18 November, 2009

2004 Yichanghao "Yiwu Zhengpin"

Thanks to KC for buying this pair of cakes for me by proxy in HK.  One is gancang [dry storage], the other shicang [wet storage], making for an interesting comparison.  KC settled on the 2004 Zhengpin after comparative sessions with Yichanghao from other years.  Good Yichanghao can be very impressive, and I am very grateful to KC for giving me the opportunity to extend my experience with Changtai's famous brand.

The cakes, shown below, look sumptuous.  The compression is loose, which suffered somewhat from being packed in nothing more than an envelope (!), but they're mostly fine.  The leaves are dark, and perhaps already a touch red.  They have the aroma of a little age, in correspondence with their 5-year maturity.

Pictured below, in a white-balance nightmare, the gancang cake (lowermost of the two cakes below) can be seen to be darker and richer than the shicang cake (uppermost of the two cakes below), while the latter is almost grey.

What sets these cakes apart is, apparently, the presence of the little blue stamp on the neifei:

KC notes that these cakes are made from 2002 and 2003 maocha.  As may be seen below, many of the leaves are long and whole.  Both cakes are very desirable, it must be said.

Following the dry aroma, the soup is a solid orange in both cases.  Unsurprisingly, the shicang version is a darker, deeper orange.  Both have an aroma of sweet, woody, vanilla, but this is more advanced in the shicang version - and, of course, the shicang version has plenty of wet flintiness about it, which I rather like anyway.  With my eclectic pu'er tastes, I'm just as happy in the gancang areas of Beijing and Kunming, or the shicang-favouring Hong Kong.

Interestingly enough, the shicang cake is almost a text-book comparison with the gancang cake: the wet version is heavier and "more aged", and yet it runs out much faster.  The dry version is sweeter, a touch thinner, but marches on for many more infusions.

I enjoyed both of these cakes tremendously - thanks again to KC for finding them for me.  I have since found equivalents for an excellent price on Taobao, and look forward to stocking up the shelves a little.

Buy more Yichanghao, pu'er fans of the world!

April, 2014

I have several of these cakes, kindly bought for me by KC of HK. At 4.30 a.m., after changing a toddler's wet bedding and sending him back to sleep, a strong tea is very appealing.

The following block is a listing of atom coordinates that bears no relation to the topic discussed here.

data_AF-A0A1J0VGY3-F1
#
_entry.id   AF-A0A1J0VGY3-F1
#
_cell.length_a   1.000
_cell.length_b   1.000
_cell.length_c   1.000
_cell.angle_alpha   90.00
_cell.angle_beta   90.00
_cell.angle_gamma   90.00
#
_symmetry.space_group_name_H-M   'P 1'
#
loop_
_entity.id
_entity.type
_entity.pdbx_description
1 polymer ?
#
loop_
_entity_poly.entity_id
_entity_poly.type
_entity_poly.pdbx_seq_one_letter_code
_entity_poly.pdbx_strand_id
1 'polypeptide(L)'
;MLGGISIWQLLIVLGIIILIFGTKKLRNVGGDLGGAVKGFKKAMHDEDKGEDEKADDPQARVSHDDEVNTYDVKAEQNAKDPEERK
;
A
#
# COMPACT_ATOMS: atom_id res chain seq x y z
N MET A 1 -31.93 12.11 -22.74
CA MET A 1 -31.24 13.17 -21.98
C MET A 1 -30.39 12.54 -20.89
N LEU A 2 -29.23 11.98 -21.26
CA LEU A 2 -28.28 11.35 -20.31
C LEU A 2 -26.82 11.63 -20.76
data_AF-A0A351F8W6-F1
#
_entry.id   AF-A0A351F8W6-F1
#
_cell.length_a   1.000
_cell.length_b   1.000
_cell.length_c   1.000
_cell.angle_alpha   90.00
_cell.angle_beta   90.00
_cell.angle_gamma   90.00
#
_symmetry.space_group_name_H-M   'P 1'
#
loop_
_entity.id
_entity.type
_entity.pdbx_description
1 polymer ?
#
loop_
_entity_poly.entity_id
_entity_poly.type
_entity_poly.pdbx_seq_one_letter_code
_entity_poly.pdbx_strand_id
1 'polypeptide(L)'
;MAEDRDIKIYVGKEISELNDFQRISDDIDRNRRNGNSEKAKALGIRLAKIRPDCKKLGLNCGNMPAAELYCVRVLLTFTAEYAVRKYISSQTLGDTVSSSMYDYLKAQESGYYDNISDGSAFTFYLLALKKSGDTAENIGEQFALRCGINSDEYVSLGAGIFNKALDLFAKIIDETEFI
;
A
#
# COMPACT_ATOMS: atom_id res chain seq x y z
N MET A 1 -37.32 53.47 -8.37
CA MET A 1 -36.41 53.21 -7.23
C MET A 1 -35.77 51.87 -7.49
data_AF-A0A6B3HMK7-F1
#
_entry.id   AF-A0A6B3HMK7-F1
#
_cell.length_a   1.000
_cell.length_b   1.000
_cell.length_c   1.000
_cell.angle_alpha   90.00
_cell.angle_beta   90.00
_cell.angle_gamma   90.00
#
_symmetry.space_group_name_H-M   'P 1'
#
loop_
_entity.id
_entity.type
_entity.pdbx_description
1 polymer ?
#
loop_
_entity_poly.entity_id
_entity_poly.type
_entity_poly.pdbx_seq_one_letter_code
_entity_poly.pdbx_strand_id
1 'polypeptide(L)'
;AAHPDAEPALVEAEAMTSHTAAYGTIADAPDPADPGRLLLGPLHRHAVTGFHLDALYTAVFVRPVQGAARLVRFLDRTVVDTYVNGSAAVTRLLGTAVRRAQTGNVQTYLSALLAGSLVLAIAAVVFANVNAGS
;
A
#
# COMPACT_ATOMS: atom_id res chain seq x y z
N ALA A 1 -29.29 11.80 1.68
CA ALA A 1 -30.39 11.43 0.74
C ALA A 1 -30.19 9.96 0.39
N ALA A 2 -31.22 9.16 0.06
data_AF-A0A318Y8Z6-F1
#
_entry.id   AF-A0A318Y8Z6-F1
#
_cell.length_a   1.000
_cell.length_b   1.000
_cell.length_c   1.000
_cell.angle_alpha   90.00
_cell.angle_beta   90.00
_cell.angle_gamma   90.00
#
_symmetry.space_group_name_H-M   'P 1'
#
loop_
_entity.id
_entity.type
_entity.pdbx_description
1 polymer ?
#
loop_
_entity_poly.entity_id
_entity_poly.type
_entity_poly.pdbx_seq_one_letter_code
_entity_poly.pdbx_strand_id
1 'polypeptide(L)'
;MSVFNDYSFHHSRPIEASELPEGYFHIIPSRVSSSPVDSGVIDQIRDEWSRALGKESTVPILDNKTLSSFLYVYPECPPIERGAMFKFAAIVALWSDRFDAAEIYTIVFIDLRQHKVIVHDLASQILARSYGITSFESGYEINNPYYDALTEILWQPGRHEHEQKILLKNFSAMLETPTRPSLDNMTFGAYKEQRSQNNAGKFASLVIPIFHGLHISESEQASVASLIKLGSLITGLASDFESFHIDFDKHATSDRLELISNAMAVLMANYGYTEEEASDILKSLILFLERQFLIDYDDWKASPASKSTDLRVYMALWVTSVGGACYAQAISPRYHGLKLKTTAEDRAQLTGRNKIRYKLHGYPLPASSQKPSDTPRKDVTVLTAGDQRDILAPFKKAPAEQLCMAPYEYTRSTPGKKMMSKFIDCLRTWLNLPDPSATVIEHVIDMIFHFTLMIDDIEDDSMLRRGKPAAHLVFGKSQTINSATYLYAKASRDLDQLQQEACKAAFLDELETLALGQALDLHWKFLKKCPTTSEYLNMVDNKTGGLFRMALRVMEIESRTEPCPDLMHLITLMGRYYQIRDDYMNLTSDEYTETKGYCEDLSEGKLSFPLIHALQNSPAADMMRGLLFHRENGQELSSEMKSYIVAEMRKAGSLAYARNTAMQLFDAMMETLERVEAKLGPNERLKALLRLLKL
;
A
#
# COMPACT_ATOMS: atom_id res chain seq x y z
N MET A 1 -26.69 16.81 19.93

Malty, red, and rich: this Changtai is as I remember it. There is an "old-fashioned" Yiwushan feeling to this tea. I am calmed and comforted - the latter most of all. The throat resounds with characteristics of herbal medicine. There is sweetness, but it appears after the medicinal base. It is smooth and quite thick in its texture, which is another sign of decent quality. I am pleased by this heavy, orange tea.


Maitre_Tea said...

besides the blue stamp, are there any other differences between this and the '04 Changtai Yiwu you reviewed from Hou De a while back?

I remember you were less impressed with that, so if the versions are the same in terms of material and processing...it's amazing to see what a few years of storage can do to a tea!

Hobbes said...

Dear Maitre-Tea,

I understand that the blue mark on the neifei indicates that it was a special production for a certain collector, hence the difference in leaf. Very tasty, nonetheless. :)



Anonymous said...

It was very interesting for me to read that post. Thanks for it. I like such topics and anything that is connected to this matter. I would like to read more on that blog soon.

Unknown said...

where can I buy Yichanghao?

Great post, by the way! Liked the comparison very much - it's educational.


Diego said...

Dear Hobbes,

How do you buy products in Taobao from England? I thought this site was only for the Chinese market (i.e. need to have a bank account in China, shipping only in China etc.).

Thanks and regards,


Hobbes said...

Dear Terje,

In terms of Western-oriented vendors, I've seen Yichanghao / Changtai cakes at Houde sometimes.

Dear Diego,

Buying directly from Taobao requires Alipay - a Paypal-style system - but this requires a Chinese bank account.

You can buy indirectly via handlers such as Panli or Taobaonow.



Anonymous said...

From what you've described here, I might prefer dry storage if it's a comparison between two such similar cakes. Maybe I'd prefer the sweeter, thinner, kind that keeps on giving.

Anonymous said...

Glad to read your review. I have the luck to lay my hands on both versions of this cake from KC. Up to now I've only tried the wet version, as it should be more readily drinkable than the dry one. For a novice like me, it is definitely something good. My personal finding teaches me that this cake is delicate(what's your finding?). Thus I spend quite some time, tuning the brewing parameter and satisfied with it.

Diego said...

Thank you!